Literate Programming is a style of programming invented by Donald Knuth in which, instead of the usual style of embedding comments in code, you instead embed code in comments. The result is a long narrative of prose (describing how you are writing the code) with code snippets interspersed throughout.
This never caught on. Perhaps because programmers don't like writing documentation? However, I have noticed something interesting. Sophisticated programmers today write lengthy commit messages. It is an example set by the Linux kernel committers - check out their wonderfully descriptive commit messages. (I first learned about the high quality of Linux kernel commit messages from 5 Useful Tips For A Better Commit Message.)
It strikes me now - I wonder if commit messages are the new Literate Programming. It is said that programmers don't like writing documentation, but they seem to willingly put a lot of effort into writing long, descriptive commit messages. Here's an example of a meaty commit message from the Linux kernel:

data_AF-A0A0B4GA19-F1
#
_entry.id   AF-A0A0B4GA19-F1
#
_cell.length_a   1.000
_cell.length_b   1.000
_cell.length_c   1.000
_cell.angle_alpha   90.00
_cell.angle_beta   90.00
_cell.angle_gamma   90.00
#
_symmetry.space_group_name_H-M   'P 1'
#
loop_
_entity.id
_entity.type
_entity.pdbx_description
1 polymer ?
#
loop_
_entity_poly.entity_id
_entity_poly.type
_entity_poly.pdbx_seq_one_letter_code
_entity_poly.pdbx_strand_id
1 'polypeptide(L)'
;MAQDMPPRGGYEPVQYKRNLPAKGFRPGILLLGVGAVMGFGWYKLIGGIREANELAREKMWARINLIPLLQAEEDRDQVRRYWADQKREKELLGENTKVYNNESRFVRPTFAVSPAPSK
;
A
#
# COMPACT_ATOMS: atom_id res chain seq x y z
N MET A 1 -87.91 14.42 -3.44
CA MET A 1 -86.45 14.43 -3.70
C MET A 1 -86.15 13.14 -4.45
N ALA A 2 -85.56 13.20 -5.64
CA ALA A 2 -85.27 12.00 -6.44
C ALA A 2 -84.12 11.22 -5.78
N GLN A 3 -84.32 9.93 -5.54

Author: Jan Kara <email@example.com>
Date: Wed Jul 11 23:16:25 2012 +0200
jbd: Fix assertion failure in commit code due to lacking transaction credits
ext3 users of data=journal mode with blocksize < pagesize were occasionally
hitting assertion failure in journal_commit_transaction() checking whether the
transaction has at least as many credits reserved as buffers attached. The
core of the problem is that when a file gets truncated, buffers that still need
checkpointing or that are attached to the committing transaction are left with
buffer_mapped set. When this happens to buffers beyond i_size attached to a
page stradding i_size, subsequent write extending the file will see these
buffers and as they are mapped (but underlying blocks were freed) things go
awry from here.
The assertion failure just coincidentally (and in this case luckily as we would
start corrupting filesystem) triggers due to journal_head not being properly
cleaned up as well.
Under some rare circumstances this bug could even hit data=ordered mode users.
There the assertion won't trigger and we would end up corrupting the
We fix the problem by unmapping buffers if possible (in lots of cases we just
need a buffer attached to a transaction as a place holder but it must not be
written out anyway). And in one case, we just have to bite the bullet and wait
for transaction commit to finish.
Reviewed-by: Josef Bacik <firstname.lastname@example.org>
Signed-off-by: Jan Kara <email@example.com>
(cherry picked from commit 09e05d4805e6c524c1af74e524e5d0528bb3fef3)
Signed-off-by: Willy Tarreau <firstname.lastname@example.org>
Reminiscent of Literate Programming, no?